Let’s redub U.S. 290 between Austin and Houston the “Red Meat Road.”
It’s not just the herds of cattle grazing roadside pastures greened by autumnal rains. It seems that even the smallest town along this four-lane highway now operates a meat market, barbecue stand, steakhouse and/or sausage factory. You can’t drive 20 miles without passing one of these purveyors of brawny victuals.
The grandaddies are, of course, Southside Market and Meyer’s Texas BBQ in Elgin. These massive tourist magnets have beckoned to drivers for decades.
And unlike other famous barbecue joints in Lockhart, Taylor, Luling or Driftwood, they are right there on the road between two of the state’s biggest cities, with giant signs and plenty of parking. They are now joined on 290 in Elgin by the substantive Cattle Company Steakhouse and Saloon.
Outside Elgin, however, the veteran meat craver was forced to veer way off course to Slovacek Sausage in Snook, Snow’s BBQ in Lexington or Dime Box Meat Market in Dime Box.
Slovacek’s is your classic meat market, offering countless cuts of gorgeously marbled muscles but also groceries and a kolache counter. All others are measured by its standards.
These days, however, even those old German, Czech and Wendish wide spots in the road that had almost given up their reduced speed signs are lit up with bustling beef-based markets and eateries.
Consider tiny Carmine between Giddings and Brenham, which formerly made do with quiet antique shops. It now offers a colony of Weikel’s Bakery, the La Grange staple that drilled into our brains the phrase “We gotcha kolache.”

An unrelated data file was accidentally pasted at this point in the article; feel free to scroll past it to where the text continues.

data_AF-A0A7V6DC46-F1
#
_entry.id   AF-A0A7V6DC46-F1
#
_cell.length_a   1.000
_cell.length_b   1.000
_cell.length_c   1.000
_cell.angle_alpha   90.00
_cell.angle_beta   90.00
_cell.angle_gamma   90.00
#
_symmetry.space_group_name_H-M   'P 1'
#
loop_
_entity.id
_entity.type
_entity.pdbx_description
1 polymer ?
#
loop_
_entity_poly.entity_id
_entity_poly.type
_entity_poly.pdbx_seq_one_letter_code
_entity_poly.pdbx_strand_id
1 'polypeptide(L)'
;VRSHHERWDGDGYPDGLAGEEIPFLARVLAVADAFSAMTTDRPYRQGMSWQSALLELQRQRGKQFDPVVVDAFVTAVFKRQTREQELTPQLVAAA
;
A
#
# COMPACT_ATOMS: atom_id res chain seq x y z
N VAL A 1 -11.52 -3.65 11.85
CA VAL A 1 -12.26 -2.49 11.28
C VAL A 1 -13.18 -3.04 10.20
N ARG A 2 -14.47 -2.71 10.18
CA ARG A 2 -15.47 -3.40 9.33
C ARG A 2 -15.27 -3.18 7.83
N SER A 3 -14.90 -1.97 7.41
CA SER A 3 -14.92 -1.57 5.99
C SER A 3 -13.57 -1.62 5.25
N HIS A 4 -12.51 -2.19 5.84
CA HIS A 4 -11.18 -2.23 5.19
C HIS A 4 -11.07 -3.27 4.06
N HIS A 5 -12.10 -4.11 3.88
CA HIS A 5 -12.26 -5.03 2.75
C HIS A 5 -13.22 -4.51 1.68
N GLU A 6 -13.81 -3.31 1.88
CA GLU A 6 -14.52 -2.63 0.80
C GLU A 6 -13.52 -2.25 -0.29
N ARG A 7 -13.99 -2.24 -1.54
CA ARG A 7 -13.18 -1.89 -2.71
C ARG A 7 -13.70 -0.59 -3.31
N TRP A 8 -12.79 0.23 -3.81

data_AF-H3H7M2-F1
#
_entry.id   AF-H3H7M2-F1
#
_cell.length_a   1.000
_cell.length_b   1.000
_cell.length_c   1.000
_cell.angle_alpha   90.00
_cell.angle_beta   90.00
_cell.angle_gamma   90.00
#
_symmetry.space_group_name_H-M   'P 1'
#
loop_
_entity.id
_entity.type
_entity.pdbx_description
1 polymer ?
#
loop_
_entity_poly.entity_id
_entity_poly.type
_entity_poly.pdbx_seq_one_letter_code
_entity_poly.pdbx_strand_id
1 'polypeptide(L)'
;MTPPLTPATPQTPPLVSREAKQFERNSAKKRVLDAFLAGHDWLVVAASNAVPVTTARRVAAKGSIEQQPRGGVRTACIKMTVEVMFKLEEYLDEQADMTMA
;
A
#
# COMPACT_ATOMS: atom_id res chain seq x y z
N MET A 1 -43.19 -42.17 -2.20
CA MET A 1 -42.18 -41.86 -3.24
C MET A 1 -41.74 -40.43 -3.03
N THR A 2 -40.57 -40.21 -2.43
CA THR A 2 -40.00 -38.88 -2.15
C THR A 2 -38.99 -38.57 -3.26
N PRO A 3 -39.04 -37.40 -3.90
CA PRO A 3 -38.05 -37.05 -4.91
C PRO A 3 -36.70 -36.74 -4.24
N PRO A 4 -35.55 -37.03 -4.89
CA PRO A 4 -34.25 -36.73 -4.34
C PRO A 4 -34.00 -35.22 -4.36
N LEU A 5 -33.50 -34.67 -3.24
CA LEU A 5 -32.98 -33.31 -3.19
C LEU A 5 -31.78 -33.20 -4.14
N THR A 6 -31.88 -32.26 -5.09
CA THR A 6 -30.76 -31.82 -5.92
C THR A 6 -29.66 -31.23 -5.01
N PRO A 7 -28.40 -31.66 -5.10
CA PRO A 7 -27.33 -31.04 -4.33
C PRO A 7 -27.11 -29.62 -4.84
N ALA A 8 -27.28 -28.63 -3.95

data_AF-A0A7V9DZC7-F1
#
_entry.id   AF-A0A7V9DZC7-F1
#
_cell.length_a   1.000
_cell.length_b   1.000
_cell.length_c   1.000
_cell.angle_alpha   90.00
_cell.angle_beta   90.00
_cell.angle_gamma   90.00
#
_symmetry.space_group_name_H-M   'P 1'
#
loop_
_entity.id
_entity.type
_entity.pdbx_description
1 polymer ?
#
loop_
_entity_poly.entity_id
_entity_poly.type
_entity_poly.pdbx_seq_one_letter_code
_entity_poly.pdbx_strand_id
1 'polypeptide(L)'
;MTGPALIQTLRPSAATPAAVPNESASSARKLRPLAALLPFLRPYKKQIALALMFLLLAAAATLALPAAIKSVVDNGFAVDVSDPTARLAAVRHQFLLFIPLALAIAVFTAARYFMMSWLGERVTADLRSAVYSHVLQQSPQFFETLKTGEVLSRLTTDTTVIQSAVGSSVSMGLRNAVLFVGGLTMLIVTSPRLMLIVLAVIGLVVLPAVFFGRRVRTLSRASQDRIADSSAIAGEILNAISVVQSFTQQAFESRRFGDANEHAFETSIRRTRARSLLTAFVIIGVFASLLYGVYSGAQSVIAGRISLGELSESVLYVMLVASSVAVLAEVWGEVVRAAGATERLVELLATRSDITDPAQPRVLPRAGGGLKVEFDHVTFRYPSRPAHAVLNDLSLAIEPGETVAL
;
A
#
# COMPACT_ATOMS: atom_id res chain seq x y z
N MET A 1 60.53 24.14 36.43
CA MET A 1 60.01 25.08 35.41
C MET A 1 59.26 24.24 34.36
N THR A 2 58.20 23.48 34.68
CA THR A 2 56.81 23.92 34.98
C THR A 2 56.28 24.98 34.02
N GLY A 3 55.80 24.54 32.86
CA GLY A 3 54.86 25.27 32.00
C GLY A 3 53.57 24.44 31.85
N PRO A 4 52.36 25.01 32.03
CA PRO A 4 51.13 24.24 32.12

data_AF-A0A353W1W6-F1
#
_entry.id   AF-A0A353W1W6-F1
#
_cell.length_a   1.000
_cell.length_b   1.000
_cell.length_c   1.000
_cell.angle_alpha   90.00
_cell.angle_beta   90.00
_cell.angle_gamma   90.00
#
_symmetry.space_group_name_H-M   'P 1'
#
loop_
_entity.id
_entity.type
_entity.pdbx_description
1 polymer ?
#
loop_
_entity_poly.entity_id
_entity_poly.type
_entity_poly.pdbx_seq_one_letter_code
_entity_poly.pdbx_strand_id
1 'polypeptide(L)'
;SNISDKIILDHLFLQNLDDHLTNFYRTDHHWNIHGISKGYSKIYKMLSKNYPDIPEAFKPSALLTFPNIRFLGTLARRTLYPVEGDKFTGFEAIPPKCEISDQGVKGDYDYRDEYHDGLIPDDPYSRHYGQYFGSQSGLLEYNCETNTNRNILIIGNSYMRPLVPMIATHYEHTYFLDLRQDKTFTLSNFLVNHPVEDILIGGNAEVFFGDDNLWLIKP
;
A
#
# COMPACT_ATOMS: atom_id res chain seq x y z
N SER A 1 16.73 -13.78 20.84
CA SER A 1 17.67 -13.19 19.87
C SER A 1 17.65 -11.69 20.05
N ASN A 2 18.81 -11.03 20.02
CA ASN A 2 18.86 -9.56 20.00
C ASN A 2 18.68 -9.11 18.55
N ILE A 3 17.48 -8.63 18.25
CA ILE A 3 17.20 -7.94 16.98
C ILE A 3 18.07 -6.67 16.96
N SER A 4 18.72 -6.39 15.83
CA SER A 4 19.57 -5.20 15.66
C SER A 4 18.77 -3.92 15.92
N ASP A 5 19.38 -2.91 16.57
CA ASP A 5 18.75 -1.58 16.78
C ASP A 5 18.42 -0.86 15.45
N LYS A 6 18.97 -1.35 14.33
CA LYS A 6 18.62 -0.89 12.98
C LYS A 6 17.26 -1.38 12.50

Next to the Carmine pastry counter, where both meat and sweet versions of the Czech or Slovak delicacy are sold, is a meaty deli case. Carmine also tempts the carnivore with JW’s Steakhouse right off the main road.
This 160-mile stretch of 290 is home to at least two established sausage specialists, Chappell Hill Sausage Company outside Chappell Hill and Burton Sausage in Burton.
Chappell Hill also welcomes meat eaters at Chappell Hill Bakery and Deli. Giddings beckons with Lost Pines Bar-B-Que and the City Meat Market, the latter conveniently located right at the town’s main crossroads. (All these towns are learning to put meat front and center.)
Manor has been a bit difficult to navigate during the construction of the new toll road, but it still lures the Austin-Houston traveler with Texas Traditional BBQ, La Michoacana Meat Market and, way off the beaten track on FM 969, Wurst Works.
Highway 290 through much of Brenham resembles the suburbs of a big Texas city, marked with every stripe of chain eatery and store. If you abandon the big roads, however, you’ll find Rau’s Meat Center and Dan’s Meat Market. Nearer the highway is the Nathan’s/Big Daddy’s barbecue joint.
By the time you reach the intersection with Texas 6 in Hempstead, you must exit the main freeway to find anything authentic, such as Home Grown Cow in Waller or the Alameda Meat Market, Hill Country BBQ and Holy Smoke BBQ in or near Hempstead.
Once you’ve reached the outskirts of Houston, it’s not worth fighting the traffic to stop and explore. By then, you should be fully stocked with meat products anyway.